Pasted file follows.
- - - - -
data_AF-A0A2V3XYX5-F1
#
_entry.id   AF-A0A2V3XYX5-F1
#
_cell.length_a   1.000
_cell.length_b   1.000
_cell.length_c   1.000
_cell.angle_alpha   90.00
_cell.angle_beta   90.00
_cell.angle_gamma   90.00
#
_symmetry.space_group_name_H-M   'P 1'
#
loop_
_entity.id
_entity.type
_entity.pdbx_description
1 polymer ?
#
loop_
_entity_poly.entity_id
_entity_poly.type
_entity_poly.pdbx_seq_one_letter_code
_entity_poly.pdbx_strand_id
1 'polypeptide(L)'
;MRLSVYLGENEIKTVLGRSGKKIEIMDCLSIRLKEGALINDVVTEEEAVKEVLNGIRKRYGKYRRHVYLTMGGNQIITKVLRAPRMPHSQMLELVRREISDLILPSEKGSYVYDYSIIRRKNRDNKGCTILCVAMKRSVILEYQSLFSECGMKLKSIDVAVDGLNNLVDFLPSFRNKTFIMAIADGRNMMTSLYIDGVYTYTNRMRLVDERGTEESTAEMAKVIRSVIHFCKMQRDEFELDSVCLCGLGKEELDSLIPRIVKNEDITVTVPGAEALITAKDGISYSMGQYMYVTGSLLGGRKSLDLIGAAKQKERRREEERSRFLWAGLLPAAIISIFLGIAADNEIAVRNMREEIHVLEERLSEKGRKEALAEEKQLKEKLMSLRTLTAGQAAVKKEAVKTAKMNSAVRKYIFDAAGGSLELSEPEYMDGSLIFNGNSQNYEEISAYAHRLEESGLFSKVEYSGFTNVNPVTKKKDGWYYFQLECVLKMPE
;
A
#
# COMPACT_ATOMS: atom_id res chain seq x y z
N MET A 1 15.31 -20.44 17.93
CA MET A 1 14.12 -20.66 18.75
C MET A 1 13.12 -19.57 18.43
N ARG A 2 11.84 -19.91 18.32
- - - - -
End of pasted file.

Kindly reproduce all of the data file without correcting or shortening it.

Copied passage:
data_AF-A0A2V3XYX5-F1
#
_entry.id   AF-A0A2V3XYX5-F1
#
_cell.length_a   1.000
_cell.length_b   1.000
_cell.length_c   1.000
_cell.angle_alpha   90.00
_cell.angle_beta   90.00
_cell.angle_gamma   90.00
#
_symmetry.space_group_name_H-M   'P 1'
#
loop_
_entity.id
_entity.type
_entity.pdbx_description
1 polymer ?
#
loop_
_entity_poly.entity_id
_entity_poly.type
_entity_poly.pdbx_seq_one_letter_code
_entity_poly.pdbx_strand_id
1 'polypeptide(L)'
;MRLSVYLGENEIKTVLGRSGKKIEIMDCLSIRLKEGALINDVVTEEEAVKEVLNGIRKRYGKYRRHVYLTMGGNQIITKVLRAPRMPHSQMLELVRREISDLILPSEKGSYVYDYSIIRRKNRDNKGCTILCVAMKRSVILEYQSLFSECGMKLKSIDVAVDGLNNLVDFLPSFRNKTFIMAIADGRNMMTSLYIDGVYTYTNRMRLVDERGTEESTAEMAKVIRSVIHFCKMQRDEFELDSVCLCGLGKEELDSLIPRIVKNEDITVTVPGAEALITAKDGISYSMGQYMYVTGSLLGGRKSLDLIGAAKQKERRREEERSRFLWAGLLPAAIISIFLGIAADNEIAVRNMREEIHVLEERLSEKGRKEALAEEKQLKEKLMSLRTLTAGQAAVKKEAVKTAKMNSAVRKYIFDAAGGSLELSEPEYMDGSLIFNGNSQNYEEISAYAHRLEESGLFSKVEYSGFTNVNPVTKKKDGWYYFQLECVLKMPE
;
A
#
# COMPACT_ATOMS: atom_id res chain seq x y z
N MET A 1 15.31 -20.44 17.93
CA MET A 1 14.12 -20.66 18.75
C MET A 1 13.12 -19.57 18.43
N ARG A 2 11.84 -19.91 18.32